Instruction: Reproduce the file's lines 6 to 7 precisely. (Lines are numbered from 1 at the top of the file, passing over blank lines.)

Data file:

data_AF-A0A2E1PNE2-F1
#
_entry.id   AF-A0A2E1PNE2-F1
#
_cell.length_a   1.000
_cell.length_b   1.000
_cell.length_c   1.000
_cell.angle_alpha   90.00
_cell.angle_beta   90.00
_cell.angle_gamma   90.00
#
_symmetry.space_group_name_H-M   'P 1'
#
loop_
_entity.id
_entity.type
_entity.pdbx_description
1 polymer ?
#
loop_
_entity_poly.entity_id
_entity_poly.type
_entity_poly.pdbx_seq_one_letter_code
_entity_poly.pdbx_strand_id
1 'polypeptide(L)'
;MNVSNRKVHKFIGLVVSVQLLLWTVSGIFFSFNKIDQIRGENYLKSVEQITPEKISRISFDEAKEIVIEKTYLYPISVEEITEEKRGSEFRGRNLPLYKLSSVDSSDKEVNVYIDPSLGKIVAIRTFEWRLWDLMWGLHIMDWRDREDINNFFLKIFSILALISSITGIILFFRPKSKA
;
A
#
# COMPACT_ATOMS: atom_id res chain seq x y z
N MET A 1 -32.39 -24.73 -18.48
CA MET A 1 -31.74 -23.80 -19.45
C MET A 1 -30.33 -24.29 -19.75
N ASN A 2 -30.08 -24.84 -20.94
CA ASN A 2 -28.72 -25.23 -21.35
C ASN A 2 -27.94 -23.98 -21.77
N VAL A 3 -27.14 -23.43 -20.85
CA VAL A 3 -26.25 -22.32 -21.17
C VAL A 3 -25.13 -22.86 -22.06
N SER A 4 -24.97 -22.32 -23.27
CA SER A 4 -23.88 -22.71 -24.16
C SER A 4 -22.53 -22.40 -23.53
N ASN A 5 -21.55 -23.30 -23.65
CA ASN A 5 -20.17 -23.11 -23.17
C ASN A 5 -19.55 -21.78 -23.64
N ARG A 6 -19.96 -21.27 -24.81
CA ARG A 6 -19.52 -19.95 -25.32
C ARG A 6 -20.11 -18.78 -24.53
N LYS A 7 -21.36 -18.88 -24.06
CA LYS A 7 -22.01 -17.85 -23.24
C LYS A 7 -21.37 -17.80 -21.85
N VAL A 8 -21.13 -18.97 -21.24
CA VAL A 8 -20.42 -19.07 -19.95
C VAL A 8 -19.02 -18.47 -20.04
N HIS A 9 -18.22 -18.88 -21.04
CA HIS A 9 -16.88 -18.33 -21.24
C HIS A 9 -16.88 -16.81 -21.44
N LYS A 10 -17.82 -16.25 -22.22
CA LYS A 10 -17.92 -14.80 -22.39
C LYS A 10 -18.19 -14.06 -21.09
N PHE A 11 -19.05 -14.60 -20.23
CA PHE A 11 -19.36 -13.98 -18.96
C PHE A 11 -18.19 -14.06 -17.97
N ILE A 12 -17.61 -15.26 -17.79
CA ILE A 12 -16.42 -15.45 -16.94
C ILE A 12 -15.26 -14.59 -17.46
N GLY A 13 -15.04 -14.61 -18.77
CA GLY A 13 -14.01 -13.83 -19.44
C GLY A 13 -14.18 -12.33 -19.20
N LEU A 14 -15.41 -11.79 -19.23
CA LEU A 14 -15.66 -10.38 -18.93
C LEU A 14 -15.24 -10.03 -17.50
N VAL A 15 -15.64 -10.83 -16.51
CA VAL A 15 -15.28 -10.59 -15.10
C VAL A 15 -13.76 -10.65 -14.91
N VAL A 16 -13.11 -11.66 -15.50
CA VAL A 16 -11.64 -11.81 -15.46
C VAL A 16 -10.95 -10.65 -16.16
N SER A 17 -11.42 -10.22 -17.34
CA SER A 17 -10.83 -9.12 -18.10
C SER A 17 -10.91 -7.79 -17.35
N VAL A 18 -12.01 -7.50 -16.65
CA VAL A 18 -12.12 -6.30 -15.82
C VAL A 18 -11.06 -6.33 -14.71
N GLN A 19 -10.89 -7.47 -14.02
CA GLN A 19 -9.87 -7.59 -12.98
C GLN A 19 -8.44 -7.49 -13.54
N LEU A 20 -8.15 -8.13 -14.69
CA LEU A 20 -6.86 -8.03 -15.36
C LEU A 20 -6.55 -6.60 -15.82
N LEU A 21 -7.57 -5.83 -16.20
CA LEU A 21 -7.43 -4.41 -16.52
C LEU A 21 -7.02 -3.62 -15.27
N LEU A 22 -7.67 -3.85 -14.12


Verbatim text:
_cell.length_b   1.000
_cell.length_c   1.000